Why a Baking Steel Works
Why Steel? It’s a valid question. It may be tempting to think of the Baking Steel as a novelty gadget for kitchen geeks. But this is far from a foodie fad. The Baking Steel is a culinary powerhouse: a kitchen tool that is accessible to chefs of all levels and can revolutionize the way you cook and bake.
Let’s start out simple. Say you put a pizza on an aluminum baking sheet and put it in the oven. Your pizza will cook, but it will never attain the crispy crust that you’d get at a pizzeria. Without a superheated surface, you’ll never get the right balance of fully cooked toppings and crispy crust.
That’s why you might own a baking stone—which is a step in the right direction.A baking stone simulates the conditions of a commercial oven—but it’s a weak comparison. Not so with the Baking Steel, which has a thermal conductivity 18 times greater than a ceramic pizza stone—much closer to commercial brick ovens like the one I worked at. Not only does the Steel retain more even heat and for longer, it cooks faster and more effectively than any stone could.
But perhaps the biggest advantage to the Baking Steel is that it has so many uses and applications. The Baking Steel doesn’t need to be segregated to the oven. It can be placed on the stovetop—including gas and electric coil burners—and used as a griddle or as a stand-in for a cast iron skillet. It retains heat and allows for perfect griddling, stovetop cooking, and even searing. It can be placed directly on the grates of an outdoor grill, or atop cans of sterno to create a hot surface on the fly. It can also be chilled, making it an invaluable tool for pastry-making, confections, and serving and keeping cold dishes, well, cold.
Baking Steel on the Grill
The Baking Steel is also virtually indestructible. Many an avid baker has had a horror story about their pizza stone shattering. With proper care, your Steel will join you for a lifetime of culinary adventures. This unique yet simple slab of steel presents a whole new way to cook and bake. Enjoy the adventure.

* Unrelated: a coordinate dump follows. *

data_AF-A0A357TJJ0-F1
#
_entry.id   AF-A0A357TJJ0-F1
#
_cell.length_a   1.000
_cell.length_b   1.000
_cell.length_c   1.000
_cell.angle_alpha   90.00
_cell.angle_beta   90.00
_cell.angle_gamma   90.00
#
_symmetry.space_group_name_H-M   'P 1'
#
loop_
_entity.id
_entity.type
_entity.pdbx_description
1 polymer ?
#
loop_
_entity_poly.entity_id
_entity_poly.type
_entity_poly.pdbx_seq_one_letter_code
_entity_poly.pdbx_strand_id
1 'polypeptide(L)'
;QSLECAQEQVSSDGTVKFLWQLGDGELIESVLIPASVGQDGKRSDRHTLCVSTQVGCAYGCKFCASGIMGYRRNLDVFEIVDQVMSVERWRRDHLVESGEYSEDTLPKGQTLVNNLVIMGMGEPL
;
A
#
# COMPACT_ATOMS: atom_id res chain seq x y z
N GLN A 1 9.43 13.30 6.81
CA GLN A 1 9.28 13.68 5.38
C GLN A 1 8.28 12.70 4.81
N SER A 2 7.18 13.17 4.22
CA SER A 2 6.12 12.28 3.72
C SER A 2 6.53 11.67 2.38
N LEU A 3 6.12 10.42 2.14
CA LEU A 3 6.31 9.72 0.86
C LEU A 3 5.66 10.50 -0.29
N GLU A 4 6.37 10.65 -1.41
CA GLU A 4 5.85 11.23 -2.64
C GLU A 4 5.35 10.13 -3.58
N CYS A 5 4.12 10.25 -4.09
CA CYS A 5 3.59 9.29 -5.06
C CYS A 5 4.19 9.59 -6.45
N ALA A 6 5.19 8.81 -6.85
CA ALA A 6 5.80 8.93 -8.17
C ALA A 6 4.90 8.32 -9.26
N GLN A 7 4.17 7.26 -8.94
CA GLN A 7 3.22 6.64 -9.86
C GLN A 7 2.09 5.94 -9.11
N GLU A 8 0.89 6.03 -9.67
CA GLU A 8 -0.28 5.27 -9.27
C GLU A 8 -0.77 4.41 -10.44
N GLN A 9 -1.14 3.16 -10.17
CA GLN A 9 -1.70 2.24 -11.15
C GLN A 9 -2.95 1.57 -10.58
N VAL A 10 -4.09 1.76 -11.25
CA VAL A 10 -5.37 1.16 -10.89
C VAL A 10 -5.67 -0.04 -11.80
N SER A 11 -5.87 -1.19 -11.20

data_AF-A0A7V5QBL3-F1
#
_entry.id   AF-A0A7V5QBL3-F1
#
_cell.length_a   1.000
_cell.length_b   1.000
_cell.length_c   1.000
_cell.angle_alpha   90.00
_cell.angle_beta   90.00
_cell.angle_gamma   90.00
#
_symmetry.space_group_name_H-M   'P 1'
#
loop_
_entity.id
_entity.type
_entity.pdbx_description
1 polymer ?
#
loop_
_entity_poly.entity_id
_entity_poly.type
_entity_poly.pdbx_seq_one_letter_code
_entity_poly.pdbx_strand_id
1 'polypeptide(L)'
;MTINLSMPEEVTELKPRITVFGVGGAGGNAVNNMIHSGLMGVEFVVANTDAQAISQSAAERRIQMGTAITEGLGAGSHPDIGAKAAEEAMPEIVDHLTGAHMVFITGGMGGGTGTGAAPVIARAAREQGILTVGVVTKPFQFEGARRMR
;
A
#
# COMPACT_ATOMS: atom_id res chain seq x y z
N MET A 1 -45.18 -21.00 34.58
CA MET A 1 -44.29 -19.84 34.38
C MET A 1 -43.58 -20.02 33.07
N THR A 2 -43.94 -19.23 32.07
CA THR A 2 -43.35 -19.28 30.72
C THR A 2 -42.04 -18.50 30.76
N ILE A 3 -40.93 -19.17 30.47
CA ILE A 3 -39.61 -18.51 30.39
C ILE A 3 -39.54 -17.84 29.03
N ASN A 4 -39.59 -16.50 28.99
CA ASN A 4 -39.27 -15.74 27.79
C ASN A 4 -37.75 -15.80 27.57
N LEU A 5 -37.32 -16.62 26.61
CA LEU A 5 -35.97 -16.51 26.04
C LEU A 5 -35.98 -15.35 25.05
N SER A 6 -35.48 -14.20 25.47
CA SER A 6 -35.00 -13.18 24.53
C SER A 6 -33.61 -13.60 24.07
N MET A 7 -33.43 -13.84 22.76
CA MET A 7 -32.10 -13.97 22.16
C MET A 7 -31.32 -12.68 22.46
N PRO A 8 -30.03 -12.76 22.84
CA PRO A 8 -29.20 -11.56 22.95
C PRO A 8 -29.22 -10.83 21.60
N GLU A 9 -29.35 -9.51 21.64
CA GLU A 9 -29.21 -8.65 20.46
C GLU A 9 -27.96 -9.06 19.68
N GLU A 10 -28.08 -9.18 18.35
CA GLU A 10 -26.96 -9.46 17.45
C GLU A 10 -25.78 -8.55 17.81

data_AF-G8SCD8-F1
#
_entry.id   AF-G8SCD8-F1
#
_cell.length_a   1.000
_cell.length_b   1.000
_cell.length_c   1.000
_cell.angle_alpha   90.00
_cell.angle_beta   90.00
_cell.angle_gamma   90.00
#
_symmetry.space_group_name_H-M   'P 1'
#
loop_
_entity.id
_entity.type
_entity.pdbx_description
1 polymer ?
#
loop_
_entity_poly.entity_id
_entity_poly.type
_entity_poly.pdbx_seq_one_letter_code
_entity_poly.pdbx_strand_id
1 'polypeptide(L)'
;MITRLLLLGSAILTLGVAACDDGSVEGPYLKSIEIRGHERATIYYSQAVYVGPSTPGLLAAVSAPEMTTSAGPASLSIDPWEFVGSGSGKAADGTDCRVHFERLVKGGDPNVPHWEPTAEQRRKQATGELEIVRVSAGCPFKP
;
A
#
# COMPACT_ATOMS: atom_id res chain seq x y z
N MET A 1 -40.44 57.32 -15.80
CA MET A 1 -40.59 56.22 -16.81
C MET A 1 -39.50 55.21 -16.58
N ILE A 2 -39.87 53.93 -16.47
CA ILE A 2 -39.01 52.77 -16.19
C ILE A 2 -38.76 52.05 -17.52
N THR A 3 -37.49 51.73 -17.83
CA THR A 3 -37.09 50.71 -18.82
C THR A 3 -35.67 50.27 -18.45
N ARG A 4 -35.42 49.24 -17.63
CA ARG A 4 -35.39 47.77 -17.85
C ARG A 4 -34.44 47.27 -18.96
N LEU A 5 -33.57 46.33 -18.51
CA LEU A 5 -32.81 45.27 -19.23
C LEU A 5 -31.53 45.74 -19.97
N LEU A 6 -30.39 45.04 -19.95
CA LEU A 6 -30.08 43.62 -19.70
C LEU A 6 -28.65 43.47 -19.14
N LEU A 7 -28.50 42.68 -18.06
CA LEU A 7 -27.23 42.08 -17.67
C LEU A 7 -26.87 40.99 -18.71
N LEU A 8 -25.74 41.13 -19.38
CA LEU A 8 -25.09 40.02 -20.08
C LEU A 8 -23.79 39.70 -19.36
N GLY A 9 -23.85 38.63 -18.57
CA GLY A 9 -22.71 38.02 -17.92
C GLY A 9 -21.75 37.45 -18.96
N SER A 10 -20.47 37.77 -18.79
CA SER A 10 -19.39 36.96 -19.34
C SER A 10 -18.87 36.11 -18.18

Use the Baking Steel as a Chill Plate
Sometimes, the proof is in the pudding (or in this case, the crust). Let’s look at the differences in the pizza crust baked on various surfaces.
Baking sheet: When it comes to baking pizza at home, an aluminum sheet pan is merely serviceable. Your results will lack the crisp crust of pizza baked on steel, but it will taste good, and you still get points for making the dough!
Baking stone: This heavy, flat stone absorbs heat from your oven and allows you to bake pizza right on top of it. This ensures that your pizza is cooked evenly—but good luck getting the crunchy bite and flavorful charred bottom of your favorite brick oven pies.
Seen above is a pizza made on Stone (left) VS Pizza made on a Baking Steel.
Baking Steel: Like a baking stone, the Baking Steel absorbs the heat from your oven. But the Baking Steel’s alloy has a thermal conductivity 18 times greater than a ceramic pizza stone, so your pizza bakes faster and at higher heat. This gives you a professional outcome, with a crisper crust, satisfying crunch, and perfect hints of char.
Dry Ice Beneath to create a Cold Plate (-35 F)
Breakfast on the Baking Steel Griddle
Smash Burgers on the Baking Steel Skinny